It’s an odd little article, this, desperately short on detail. When I read this:
The Gold Coast Bulletin reported today that Smeltz had decided it would be impossible for wife Nikki and his two children to settle in Jinan, 400km south of Beijing.
I’m wondering, well, why? What’s the problem? Although I could certainly understand that from the point of view of maintaining good relations, not unnecessarily burning any bridges, and just generally being polite, the Smeltz family would not necessarily want to announce to the world exactly why they decided they couldn’t settle in Jinan.
And then I got to wondering how Chinese media reports would frame this (if they even reported it). First result in a Baidu sports news search was this, which starts out with:
After completing the signing of the contract between New Zealand striker Smeltz and Shandong Luneng, on the morning of July 17 local time, Australia’s Gold Coast Bulletin suddenly revealed that because Smeltz couldn’t adapt to life in China, he wanted to go back to his old boss Gold Coast.
And later adds this:
The report said that Smeltz’s wife Nikki and two children were not very satisfied with China’s living conditions and had no confidence in their future lives in Jinan. This is the basic reason bringing Smeltz to change his mind.
A tiny little bit more detail, but nothing we couldn’t have inferred from the Stuff article I linked to first. So what does the original Gold Coast Bulletin article say? Baidu can’t find it and Google is behaving suspiciously again, and neither Stuff nor Netease seems to have the courtesy to link to the original, so I’ll have to try some other way to find it…. Yahoo! Australia, perhaps…. Ah, here we are:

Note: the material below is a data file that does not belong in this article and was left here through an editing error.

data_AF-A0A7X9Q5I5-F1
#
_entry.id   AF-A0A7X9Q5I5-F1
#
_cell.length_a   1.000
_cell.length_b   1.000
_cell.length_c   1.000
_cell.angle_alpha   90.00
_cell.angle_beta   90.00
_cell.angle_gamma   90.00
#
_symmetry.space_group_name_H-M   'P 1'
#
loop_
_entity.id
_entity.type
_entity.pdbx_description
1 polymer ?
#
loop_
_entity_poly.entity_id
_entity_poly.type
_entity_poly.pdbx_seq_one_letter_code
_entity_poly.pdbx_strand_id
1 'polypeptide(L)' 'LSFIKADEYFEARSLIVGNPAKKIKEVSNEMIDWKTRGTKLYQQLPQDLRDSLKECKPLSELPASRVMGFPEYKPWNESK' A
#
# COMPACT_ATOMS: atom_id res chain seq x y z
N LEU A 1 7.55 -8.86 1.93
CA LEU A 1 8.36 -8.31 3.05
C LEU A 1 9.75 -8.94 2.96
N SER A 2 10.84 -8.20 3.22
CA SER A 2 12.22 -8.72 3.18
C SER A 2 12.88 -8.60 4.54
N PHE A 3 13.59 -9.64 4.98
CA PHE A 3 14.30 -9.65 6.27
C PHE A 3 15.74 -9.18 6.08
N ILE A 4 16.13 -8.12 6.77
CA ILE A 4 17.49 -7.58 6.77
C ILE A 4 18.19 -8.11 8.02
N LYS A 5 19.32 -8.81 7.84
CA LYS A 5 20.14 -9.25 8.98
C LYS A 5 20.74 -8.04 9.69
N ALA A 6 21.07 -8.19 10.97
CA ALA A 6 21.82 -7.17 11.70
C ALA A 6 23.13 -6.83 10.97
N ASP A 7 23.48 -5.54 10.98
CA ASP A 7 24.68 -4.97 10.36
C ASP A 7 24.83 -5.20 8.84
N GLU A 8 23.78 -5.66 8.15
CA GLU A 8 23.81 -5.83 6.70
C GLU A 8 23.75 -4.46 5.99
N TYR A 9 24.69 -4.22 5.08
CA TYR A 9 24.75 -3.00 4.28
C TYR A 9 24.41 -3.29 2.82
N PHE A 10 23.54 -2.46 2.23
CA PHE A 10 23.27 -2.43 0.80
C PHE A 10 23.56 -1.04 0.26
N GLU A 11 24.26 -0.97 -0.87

The New Zealand international decided after just five days in China that it would be impossible for wife Nikki and his two children to settle in Jinan, a sprawling metropolis 400km south of Beijing.
And that’s it. Rather sparse compared to Netease’s extra (although still rather vague) detail.
In any case, it seems there’s nothing Shandong Luneng can do about it, as although a contract had been signed and money had changed hands, a certain piece of paperwork had not been filed, and so the transfer had not been completed.
And the next question, of course, is: Five days?! Is that all? Is Jinan that rough? Or perhaps more likely: Was the shock that big? Oh well, as a person I knew way back in Taiyuan put it: China’s not for everybody. The Smeltz family are hardly the only foreigners who have been unable to adapt to life in China.
And it’s not all bad for Shandong Luneng. Netease adds in its report that they’ve also signed the South African defender Matthew Booth. Let’s hope for their sake that transfer goes a little more smoothly.
Apparently Smeltz’s time at Shandong Luneng could be the shortest transfer in football history. But I’m wondering, if the paperwork was not completed, does it count? Did the transfer ever occur?
It’s also interesting that Netease adds that Smeltz, who set an A-League record of 19 goals last season, received many offers, but mostly from clubs in lesser leagues in Asia and Europe. That detail seems to be missing from the Stuff and Gold Coast Bulletin reports.
It would seem that this is the first time ever I’ve written anything about football. I don’t normally pay too much attention to sport, but I do generally watch as much of the football World Cup as possible. That’s the only way I recognised the name Smeltz in the headline.